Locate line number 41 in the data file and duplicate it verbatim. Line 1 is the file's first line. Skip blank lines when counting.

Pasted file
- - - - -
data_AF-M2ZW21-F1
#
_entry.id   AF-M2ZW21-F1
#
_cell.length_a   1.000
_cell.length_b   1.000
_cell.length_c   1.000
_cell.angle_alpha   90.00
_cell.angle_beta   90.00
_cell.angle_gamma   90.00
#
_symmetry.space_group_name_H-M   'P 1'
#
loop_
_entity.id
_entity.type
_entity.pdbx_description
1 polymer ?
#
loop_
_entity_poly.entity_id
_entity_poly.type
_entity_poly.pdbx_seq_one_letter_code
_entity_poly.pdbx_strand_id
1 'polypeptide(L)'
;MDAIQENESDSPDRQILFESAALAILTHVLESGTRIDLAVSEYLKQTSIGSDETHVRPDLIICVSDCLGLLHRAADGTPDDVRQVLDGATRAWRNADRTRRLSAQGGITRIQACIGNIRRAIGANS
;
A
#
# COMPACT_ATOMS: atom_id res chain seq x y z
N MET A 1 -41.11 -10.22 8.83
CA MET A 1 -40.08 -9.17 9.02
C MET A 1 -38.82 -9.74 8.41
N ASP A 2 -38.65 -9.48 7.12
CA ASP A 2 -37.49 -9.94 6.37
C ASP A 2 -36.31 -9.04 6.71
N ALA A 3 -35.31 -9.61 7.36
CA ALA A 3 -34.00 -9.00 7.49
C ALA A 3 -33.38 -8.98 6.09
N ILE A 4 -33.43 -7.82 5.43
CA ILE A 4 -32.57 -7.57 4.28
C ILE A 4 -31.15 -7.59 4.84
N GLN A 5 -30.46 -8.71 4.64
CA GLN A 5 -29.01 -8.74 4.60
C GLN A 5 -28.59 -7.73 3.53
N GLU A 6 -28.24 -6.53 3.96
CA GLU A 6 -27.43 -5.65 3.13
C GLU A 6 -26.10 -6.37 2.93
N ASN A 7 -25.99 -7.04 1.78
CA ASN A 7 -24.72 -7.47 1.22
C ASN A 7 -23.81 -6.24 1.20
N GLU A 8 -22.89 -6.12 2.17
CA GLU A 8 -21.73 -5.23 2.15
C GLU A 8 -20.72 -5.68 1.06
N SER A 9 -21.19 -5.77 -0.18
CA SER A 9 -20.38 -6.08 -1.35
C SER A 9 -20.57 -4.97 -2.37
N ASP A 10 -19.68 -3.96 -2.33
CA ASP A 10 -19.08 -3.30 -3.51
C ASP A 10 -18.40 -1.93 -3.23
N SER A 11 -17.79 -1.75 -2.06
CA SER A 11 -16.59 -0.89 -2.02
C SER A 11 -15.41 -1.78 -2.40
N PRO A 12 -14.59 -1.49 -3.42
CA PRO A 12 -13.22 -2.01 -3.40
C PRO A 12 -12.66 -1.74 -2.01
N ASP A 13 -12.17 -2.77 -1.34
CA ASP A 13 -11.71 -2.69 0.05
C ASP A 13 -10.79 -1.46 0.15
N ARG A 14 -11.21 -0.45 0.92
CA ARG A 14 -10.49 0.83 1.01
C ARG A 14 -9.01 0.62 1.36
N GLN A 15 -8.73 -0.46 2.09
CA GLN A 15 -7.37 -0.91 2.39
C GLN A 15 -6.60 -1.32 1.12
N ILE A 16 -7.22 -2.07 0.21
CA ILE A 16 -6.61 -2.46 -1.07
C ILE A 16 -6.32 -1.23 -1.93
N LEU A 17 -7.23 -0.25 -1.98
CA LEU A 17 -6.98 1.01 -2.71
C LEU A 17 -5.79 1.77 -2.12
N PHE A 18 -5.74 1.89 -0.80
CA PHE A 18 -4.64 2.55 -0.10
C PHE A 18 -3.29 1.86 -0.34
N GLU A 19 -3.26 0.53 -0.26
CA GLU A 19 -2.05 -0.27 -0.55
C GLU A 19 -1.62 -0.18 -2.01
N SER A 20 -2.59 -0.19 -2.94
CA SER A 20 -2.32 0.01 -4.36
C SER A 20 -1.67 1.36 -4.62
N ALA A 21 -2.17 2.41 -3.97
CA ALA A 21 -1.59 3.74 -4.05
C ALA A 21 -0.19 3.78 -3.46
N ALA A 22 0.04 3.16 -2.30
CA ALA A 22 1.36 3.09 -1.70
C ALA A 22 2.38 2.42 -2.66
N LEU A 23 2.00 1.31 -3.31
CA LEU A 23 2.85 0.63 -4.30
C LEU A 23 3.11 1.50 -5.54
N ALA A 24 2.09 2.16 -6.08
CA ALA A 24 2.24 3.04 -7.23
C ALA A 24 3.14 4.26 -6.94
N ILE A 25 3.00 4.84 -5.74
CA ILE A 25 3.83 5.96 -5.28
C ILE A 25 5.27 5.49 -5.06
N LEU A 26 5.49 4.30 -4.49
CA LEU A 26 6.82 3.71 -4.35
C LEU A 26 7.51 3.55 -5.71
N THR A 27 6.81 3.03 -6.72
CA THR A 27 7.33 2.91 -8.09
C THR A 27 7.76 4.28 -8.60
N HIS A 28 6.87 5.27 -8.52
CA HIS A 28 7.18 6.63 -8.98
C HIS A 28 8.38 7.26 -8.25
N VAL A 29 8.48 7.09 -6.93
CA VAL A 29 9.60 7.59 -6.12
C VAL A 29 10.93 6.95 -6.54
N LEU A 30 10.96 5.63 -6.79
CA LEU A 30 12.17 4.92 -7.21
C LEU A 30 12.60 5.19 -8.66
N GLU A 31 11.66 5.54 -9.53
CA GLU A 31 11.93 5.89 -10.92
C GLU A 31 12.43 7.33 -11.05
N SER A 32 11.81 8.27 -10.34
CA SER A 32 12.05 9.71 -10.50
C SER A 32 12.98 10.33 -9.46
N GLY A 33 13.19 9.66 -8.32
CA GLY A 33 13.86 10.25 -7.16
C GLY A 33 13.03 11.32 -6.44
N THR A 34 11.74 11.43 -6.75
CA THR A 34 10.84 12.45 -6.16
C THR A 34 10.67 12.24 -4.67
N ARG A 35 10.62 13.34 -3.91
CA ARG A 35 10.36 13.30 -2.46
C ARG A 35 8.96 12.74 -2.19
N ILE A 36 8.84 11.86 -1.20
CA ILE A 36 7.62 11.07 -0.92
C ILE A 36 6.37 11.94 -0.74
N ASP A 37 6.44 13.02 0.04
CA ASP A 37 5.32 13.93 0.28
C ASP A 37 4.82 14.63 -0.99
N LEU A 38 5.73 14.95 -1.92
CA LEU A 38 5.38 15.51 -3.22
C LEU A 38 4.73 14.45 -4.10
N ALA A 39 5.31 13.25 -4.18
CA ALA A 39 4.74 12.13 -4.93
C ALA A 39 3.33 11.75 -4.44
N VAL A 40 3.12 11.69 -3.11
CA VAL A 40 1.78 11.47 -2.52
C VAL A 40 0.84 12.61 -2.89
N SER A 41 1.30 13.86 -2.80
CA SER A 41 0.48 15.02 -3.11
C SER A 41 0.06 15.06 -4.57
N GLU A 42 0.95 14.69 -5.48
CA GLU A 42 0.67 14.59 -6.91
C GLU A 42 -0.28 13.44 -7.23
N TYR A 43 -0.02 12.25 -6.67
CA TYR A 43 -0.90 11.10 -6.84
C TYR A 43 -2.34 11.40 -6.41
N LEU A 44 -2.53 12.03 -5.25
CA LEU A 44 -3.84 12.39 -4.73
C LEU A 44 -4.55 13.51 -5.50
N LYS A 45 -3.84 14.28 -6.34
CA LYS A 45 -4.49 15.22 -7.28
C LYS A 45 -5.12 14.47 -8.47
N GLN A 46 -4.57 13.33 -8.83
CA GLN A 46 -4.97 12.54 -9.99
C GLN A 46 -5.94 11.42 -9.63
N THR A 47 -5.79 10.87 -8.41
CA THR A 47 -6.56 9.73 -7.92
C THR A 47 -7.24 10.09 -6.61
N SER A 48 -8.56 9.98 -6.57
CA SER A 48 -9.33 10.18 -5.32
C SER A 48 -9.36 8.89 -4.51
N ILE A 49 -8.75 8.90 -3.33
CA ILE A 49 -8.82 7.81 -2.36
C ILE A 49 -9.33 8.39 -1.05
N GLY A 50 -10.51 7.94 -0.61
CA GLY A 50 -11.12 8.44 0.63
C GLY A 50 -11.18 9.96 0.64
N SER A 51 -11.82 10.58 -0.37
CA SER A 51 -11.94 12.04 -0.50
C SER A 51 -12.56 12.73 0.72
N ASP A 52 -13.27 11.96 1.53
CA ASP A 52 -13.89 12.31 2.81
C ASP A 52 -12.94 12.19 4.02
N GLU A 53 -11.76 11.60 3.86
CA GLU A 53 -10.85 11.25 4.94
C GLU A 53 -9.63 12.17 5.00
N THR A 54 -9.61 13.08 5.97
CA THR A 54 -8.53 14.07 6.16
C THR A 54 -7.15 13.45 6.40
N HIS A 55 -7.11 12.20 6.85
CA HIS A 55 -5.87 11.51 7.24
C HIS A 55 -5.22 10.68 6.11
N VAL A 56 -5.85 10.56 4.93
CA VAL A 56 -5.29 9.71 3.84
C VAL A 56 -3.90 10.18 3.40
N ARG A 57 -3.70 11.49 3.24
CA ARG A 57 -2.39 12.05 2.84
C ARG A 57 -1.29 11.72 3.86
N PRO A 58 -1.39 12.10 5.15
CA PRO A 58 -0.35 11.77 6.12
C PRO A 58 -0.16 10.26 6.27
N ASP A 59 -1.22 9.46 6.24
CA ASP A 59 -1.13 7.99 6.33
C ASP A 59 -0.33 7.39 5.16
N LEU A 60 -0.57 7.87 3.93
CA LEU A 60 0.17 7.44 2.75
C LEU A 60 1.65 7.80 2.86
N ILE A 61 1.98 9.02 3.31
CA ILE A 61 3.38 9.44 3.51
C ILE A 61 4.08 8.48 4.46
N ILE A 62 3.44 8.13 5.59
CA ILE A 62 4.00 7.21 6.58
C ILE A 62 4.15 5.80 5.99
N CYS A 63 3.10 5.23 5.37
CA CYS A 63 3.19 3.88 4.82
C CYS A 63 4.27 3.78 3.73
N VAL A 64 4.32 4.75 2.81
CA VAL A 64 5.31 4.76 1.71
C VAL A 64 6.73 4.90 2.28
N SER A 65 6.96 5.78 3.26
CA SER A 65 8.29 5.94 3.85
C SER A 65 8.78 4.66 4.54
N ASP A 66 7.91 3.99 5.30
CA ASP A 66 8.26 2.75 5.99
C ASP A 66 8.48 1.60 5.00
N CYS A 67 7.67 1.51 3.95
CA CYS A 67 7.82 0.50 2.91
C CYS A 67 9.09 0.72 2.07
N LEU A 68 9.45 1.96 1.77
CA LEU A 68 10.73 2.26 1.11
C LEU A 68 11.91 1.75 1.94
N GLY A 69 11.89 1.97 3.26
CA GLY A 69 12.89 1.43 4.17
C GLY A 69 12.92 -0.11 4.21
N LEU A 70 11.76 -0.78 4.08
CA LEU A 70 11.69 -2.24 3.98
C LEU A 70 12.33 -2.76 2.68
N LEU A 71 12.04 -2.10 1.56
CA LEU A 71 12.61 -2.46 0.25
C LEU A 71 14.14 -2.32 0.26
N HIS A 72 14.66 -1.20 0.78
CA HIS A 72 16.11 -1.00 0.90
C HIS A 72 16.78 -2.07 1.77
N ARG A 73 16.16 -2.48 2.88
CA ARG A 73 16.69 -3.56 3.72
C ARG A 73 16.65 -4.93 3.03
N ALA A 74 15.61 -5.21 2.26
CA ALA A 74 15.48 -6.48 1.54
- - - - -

CA ILE A 4 -32.57 -7.57 4.28